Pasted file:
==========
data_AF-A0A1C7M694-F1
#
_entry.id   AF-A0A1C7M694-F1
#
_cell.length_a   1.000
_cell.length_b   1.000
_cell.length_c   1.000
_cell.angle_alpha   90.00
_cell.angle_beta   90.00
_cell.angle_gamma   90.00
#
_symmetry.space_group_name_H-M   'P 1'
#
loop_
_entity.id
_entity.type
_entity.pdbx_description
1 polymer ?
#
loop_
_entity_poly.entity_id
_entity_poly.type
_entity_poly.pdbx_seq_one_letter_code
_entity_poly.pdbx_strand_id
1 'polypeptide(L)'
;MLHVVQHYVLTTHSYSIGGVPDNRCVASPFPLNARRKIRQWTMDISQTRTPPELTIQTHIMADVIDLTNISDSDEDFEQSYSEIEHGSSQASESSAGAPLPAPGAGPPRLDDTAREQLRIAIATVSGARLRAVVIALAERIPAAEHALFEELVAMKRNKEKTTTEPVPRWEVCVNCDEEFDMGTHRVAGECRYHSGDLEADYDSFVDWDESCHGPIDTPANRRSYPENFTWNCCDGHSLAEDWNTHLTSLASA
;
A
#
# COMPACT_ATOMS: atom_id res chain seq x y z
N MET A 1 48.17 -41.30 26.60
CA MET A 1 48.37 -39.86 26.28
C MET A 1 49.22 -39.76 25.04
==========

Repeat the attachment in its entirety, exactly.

data_AF-A0A1C7M694-F1
#
_entry.id   AF-A0A1C7M694-F1
#
_cell.length_a   1.000
_cell.length_b   1.000
_cell.length_c   1.000
_cell.angle_alpha   90.00
_cell.angle_beta   90.00
_cell.angle_gamma   90.00
#
_symmetry.space_group_name_H-M   'P 1'
#
loop_
_entity.id
_entity.type
_entity.pdbx_description
1 polymer ?
#
loop_
_entity_poly.entity_id
_entity_poly.type
_entity_poly.pdbx_seq_one_letter_code
_entity_poly.pdbx_strand_id
1 'polypeptide(L)'
;MLHVVQHYVLTTHSYSIGGVPDNRCVASPFPLNARRKIRQWTMDISQTRTPPELTIQTHIMADVIDLTNISDSDEDFEQSYSEIEHGSSQASESSAGAPLPAPGAGPPRLDDTAREQLRIAIATVSGARLRAVVIALAERIPAAEHALFEELVAMKRNKEKTTTEPVPRWEVCVNCDEEFDMGTHRVAGECRYHSGDLEADYDSFVDWDESCHGPIDTPANRRSYPENFTWNCCDGHSLAEDWNTHLTSLASA
;
A
#
# COMPACT_ATOMS: atom_id res chain seq x y z
N MET A 1 48.17 -41.30 26.60
CA MET A 1 48.37 -39.86 26.28
C MET A 1 49.22 -39.76 25.04